How to pick a (scholarship) winner
July 17, 2014 By Anthony Capkun
July 17, 2014 – Earlier this week, I had the opportunity and pleasure to again be a part of the committee that chooses the lucky recipients of scholarships from the numerous applications sent in to the 2014 Electro-Federation Canada (EFC) Scholarship Program… and I believe we picked worthy candidates.
Those recipients will soon be officially announced but, meantime, I wanted to share a common observation among the judges that pertains to the applicants themselves… some of you are not trying!
When you look at the list of available scholarships, you quickly see we’re talking about some serious coin.
For example, Schneider Electric’s Student Merit Award is worth $5000; Siemens Canada’s Academic Achievement Awards are worth $3500 apiece, and there were three available to be won; and Eaton was awarding two awards of Academic Achievement worth $3500 apiece.
In all, over $100,000 was available in scholarships yet, judging by their applications, many candidates felt it was too much effort to put a little pizzazz into their submission. It’s like they are either a) rolling in cash and/or b) feel they are entitled to win.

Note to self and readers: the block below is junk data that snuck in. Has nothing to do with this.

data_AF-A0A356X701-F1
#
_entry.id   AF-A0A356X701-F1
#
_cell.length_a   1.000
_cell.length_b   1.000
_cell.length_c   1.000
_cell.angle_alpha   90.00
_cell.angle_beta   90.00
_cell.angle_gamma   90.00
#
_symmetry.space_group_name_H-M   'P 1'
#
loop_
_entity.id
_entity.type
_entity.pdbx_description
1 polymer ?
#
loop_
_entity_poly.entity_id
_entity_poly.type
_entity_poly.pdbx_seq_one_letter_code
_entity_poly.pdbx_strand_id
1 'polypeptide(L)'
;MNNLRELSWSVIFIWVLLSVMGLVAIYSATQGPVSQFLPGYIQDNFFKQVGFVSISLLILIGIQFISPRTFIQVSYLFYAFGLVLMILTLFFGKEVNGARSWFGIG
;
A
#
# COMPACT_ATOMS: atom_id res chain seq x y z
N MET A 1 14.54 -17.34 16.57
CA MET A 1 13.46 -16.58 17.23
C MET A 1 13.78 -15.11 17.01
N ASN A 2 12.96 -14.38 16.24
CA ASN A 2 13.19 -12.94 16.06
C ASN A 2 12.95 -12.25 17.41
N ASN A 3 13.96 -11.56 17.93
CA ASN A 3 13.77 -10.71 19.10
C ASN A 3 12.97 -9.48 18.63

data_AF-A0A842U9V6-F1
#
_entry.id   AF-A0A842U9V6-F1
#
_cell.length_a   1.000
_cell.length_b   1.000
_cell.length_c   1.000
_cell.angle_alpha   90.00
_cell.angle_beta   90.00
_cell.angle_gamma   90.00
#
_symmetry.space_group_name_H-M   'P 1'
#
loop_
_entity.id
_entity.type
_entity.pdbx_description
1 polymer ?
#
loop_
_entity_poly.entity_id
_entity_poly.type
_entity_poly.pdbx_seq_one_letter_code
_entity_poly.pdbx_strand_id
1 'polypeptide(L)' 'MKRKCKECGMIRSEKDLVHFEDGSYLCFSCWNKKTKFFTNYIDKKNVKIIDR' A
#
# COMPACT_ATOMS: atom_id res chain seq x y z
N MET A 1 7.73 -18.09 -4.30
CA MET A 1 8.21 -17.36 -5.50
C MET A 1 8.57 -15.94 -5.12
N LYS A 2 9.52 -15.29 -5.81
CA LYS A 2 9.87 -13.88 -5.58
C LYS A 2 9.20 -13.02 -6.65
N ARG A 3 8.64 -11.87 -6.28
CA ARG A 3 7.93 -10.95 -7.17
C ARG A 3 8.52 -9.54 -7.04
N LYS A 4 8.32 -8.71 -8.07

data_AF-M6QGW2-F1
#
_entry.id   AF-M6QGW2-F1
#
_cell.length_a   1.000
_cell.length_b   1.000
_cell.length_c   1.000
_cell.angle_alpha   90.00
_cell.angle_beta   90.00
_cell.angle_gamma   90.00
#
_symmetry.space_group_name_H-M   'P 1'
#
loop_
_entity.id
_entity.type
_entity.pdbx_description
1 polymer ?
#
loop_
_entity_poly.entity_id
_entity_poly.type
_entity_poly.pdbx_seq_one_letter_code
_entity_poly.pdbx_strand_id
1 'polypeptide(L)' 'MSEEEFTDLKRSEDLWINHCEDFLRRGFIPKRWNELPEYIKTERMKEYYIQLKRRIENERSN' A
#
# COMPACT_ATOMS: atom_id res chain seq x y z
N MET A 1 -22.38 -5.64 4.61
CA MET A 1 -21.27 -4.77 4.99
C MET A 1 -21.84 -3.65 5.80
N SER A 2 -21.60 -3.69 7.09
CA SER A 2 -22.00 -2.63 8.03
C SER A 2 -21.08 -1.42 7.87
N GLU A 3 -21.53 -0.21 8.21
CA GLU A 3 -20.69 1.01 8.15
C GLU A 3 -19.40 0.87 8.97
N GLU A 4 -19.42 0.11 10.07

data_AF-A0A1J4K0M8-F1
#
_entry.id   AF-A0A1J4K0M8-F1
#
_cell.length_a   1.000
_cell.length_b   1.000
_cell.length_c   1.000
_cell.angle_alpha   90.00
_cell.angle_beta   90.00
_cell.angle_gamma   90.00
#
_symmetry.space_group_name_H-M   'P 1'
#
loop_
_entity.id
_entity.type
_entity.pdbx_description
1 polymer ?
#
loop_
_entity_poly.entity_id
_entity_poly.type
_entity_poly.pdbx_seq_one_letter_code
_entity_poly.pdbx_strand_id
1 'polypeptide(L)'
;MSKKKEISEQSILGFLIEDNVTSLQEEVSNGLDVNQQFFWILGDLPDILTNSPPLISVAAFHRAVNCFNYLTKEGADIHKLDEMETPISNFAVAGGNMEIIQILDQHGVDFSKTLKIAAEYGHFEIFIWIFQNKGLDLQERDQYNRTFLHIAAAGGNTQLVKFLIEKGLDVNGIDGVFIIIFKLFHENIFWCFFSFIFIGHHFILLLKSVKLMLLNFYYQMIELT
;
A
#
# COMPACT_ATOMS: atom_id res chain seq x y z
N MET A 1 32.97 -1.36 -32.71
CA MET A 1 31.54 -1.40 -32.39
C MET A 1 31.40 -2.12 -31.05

I suppose there’s a third option: c) maybe they just don’t know any better.
While I cannot address a) or b), I could offer a few tips on c).
For starters, ensure the form is filled in completely and correctly—that all required fields have the information requested.
Spell check everything! Nothing makes you look sloppy and, well, unworthy, as spelling mistakes that can be easily caught with your computer’s spell check function. Unsure? Have someone else review your application. A second pair eyes is always a good idea before you click Finished.
As when applying for a job, you must realize that many other candidates have the same or similar credentials as you. In this case, others are taking the same courses, pursuing the same diplomas or certificates, pulling in the same grades, etc., as you.
So how do you set yourself apart?
There’s a section on the application that, like the cover letter that goes with your resumé, gives you space to sell yourself. Granted, it only gives you about 70-100 words in which to do so, but in a world of 143 characters or less, that shouldn’t be a problem. You may need to tweak and rewrite, but this section is VERY important. I and my fellow judges read this section, and it regularly serves as the tie-breaker between two or more similar candidates.
Those applicants who made the effort to make this section sing are the ones who made it to the top of the pile and, more often than not, to the winner’s circle.
— Anthony Capkun, Editor, email@example.com .
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